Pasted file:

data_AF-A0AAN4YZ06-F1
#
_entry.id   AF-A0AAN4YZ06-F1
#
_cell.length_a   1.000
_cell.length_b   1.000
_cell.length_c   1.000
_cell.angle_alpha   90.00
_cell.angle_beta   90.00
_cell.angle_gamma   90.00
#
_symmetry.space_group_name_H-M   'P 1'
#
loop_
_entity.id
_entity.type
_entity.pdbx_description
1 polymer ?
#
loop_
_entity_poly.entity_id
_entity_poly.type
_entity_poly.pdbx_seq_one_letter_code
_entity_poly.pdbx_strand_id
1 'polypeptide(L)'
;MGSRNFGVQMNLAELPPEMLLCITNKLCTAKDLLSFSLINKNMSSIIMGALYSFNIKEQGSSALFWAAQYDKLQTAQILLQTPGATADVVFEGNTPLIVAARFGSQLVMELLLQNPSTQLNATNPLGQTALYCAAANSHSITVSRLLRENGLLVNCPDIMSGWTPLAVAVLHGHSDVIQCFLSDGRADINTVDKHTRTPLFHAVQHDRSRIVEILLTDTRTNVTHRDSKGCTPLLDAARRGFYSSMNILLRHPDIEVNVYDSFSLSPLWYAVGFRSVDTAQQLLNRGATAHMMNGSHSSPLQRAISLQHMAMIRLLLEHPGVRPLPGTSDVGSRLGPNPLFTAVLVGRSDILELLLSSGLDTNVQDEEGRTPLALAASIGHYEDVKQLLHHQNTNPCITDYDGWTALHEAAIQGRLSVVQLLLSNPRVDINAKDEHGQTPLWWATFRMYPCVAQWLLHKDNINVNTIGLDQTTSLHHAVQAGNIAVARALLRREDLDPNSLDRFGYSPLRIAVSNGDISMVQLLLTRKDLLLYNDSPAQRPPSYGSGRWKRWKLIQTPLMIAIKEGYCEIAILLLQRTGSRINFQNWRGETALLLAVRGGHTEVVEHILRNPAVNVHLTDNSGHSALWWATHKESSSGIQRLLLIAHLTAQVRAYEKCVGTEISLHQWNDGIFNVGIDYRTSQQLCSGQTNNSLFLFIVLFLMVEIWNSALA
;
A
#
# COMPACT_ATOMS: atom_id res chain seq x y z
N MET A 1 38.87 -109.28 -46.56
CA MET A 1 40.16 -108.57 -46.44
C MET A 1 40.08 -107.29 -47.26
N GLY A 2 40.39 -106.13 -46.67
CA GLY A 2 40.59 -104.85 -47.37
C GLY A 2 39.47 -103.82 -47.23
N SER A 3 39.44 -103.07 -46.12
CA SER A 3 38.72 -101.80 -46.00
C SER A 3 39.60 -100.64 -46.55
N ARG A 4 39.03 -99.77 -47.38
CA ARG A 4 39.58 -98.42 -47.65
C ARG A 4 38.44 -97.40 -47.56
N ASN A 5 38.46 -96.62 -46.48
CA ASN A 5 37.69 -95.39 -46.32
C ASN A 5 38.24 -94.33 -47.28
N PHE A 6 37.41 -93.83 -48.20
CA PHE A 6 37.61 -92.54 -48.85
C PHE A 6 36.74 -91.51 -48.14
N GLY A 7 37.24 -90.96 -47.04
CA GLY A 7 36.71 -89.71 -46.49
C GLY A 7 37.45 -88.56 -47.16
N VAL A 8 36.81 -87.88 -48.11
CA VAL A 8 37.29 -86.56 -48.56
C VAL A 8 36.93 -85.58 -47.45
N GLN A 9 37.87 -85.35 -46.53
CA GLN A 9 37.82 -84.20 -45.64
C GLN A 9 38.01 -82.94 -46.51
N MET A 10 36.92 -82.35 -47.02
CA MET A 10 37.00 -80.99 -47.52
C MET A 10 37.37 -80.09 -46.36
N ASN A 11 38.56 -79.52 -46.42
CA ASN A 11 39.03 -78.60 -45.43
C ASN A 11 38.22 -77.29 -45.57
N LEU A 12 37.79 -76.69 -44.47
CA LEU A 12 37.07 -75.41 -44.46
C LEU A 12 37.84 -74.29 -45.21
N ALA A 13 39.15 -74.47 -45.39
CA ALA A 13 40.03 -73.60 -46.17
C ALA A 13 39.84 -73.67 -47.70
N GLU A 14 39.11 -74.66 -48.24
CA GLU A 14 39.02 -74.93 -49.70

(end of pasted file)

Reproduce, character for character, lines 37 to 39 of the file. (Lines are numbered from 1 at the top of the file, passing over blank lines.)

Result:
N SER A 3 39.44 -103.07 -46.12
CA SER A 3 38.72 -101.80 -46.00
C SER A 3 39.60 -100.64 -46.55